Holiday HootIn this photo provided by the Ravensbeard Wildlife Center, Ravensbeard Wildlife Center Director and founder Ellen Kalish holds a Saw-whet owl at their facility in Saugerties, N.Y., Wednesday, Nov. 18, 2020. A worker helping to get the Rockefeller Center Christmas tree in New York City found the tiny owl among the tree's massive branches on Monday, Nov. 16. Now named Rockefeller, the owl was brought to the Ravensbeard Wildlife Center for care. (Lindsay Possumato/Ravensbeard Wildlife Center via AP)
SAUGERTIES, N.Y. (AP) — Rocky the stowaway owl is back in the wild.
The tiny Saw-whet owl was named Rockefeller after it was found by a worker setting up the holiday tree Nov. 16 at Manhattan’s Rockefeller Center. The owl was apparently trapped in the 75-foot-tall (23-meter-tall) Norway spruce when it was cut down 170 miles (275 kilometers) north, in upstate New York on Nov. 12.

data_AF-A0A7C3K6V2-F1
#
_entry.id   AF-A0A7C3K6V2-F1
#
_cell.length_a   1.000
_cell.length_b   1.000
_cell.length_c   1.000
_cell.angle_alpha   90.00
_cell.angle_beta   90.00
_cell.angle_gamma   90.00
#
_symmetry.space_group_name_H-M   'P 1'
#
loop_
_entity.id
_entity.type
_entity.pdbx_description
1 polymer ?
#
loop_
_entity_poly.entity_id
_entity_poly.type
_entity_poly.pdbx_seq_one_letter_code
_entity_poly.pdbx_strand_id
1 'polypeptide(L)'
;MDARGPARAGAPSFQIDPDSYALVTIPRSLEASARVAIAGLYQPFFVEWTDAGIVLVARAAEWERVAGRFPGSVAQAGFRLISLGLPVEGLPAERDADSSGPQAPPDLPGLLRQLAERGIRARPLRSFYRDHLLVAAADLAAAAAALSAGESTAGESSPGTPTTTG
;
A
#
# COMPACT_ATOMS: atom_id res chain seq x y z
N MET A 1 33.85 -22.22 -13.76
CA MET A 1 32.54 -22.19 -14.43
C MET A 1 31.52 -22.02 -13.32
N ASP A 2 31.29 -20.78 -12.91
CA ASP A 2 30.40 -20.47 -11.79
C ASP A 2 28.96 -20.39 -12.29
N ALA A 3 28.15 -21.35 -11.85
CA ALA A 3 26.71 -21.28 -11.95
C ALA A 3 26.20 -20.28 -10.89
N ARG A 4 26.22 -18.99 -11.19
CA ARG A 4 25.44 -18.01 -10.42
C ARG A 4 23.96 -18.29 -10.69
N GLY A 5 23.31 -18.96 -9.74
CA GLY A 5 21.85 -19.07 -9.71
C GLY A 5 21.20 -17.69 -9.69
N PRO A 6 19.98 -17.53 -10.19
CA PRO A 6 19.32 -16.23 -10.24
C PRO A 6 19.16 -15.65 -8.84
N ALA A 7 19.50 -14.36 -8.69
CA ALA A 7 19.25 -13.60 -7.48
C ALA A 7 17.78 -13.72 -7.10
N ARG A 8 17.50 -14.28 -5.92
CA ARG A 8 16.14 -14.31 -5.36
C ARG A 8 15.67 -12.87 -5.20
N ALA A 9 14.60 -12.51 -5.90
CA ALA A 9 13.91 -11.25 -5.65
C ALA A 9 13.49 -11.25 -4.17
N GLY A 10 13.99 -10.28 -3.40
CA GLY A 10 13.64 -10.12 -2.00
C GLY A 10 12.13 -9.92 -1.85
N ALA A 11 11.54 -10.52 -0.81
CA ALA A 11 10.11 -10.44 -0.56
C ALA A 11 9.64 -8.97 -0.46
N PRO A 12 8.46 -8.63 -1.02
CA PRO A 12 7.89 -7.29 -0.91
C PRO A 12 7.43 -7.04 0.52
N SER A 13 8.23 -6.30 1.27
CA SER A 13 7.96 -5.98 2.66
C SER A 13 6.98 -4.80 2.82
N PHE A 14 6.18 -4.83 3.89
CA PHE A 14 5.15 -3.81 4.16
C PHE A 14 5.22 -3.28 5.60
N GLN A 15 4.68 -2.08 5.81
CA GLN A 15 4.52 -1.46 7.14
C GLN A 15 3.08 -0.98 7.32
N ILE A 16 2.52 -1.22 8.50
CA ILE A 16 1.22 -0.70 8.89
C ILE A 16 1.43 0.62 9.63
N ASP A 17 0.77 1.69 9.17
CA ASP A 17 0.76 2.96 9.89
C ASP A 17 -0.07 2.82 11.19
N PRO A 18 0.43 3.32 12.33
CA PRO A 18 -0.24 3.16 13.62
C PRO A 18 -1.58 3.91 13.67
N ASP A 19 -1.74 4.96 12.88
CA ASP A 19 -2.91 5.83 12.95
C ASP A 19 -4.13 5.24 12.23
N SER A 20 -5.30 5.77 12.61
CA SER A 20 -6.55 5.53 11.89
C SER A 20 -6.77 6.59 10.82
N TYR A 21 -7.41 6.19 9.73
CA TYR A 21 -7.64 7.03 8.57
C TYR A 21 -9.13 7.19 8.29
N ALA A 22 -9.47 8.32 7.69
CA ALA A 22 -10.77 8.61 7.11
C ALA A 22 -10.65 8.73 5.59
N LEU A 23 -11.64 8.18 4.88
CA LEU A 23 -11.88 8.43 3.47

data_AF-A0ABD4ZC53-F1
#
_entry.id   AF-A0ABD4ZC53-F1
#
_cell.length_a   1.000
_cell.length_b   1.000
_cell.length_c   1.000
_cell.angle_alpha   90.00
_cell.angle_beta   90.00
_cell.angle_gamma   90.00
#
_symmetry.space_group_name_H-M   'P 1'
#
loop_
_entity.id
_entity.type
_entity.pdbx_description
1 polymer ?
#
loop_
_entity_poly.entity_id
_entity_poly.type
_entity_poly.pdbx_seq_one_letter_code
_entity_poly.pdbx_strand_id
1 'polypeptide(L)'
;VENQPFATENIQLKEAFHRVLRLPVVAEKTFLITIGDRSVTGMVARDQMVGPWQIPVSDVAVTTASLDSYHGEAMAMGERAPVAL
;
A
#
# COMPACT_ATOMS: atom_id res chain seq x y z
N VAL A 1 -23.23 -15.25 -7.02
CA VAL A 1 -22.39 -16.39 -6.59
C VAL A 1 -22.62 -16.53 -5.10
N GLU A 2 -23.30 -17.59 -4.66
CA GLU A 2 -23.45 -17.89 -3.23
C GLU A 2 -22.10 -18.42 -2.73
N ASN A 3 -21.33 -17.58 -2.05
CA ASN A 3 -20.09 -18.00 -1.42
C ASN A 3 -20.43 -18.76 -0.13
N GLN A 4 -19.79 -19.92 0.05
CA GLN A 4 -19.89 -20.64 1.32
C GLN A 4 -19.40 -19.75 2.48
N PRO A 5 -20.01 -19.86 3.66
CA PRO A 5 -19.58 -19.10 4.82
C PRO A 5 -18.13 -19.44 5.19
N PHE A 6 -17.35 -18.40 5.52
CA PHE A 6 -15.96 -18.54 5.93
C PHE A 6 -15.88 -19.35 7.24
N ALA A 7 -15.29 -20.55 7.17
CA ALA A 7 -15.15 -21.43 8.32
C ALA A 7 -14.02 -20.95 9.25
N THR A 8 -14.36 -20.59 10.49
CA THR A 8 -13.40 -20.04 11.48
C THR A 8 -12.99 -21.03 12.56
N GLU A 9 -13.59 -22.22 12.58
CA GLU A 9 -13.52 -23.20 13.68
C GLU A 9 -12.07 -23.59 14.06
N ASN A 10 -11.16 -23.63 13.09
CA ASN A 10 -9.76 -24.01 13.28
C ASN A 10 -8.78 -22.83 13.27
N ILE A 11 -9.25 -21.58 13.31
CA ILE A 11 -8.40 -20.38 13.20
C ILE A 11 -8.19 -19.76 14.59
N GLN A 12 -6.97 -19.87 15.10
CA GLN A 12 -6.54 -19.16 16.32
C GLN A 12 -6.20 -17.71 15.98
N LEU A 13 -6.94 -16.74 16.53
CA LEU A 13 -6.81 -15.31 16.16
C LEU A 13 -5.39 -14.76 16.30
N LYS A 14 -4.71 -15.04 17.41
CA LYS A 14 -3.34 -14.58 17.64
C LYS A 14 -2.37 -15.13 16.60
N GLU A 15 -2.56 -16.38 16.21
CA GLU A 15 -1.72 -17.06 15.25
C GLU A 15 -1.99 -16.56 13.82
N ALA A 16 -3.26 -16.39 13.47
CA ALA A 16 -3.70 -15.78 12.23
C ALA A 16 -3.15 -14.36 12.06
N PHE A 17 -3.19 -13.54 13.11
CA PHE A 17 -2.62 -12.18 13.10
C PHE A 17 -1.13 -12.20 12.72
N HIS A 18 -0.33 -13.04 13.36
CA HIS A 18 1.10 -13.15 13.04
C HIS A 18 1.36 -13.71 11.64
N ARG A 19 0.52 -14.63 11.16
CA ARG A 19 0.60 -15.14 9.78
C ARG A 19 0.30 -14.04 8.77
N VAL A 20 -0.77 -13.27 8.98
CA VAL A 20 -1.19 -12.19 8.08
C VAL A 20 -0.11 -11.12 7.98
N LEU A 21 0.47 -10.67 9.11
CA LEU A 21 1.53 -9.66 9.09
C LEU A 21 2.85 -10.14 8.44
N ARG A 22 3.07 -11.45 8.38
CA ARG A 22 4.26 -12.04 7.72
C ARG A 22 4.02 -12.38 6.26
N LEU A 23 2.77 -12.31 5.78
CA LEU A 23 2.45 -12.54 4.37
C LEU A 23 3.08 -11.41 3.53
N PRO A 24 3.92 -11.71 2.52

The female owl, initially thought to be male, was uninjured but hadn't eaten for at least three days when she was discovered and sent to Ravensbeard Wildlife Center in the Hudson Valley town of Saugerties. There, a rehabilitator nursed her back to health for a week with plenty of mice before Rocky was cleared to continue her migratory journey south.
On Tuesday evening, rehabilitator Ellen Kalish held the winsome raptor aloft in a field against a backdrop of rounded mountains. In a video posted on Ravensbeard's Facebook page, Rocky sits quietly on Kalish's fingers before winging her way over to a nearby grove of pines.
“She is a tough little bird and we’re happy to see her back in her natural habitat,” the center wrote on Facebook. “We are sure that Rocky will feel your love and support through her journey south.”
This story has been corrected to show the Rockefeller Christmas tree is 75 feet (23 meters) tall, not 71 feet (22 meters) tall.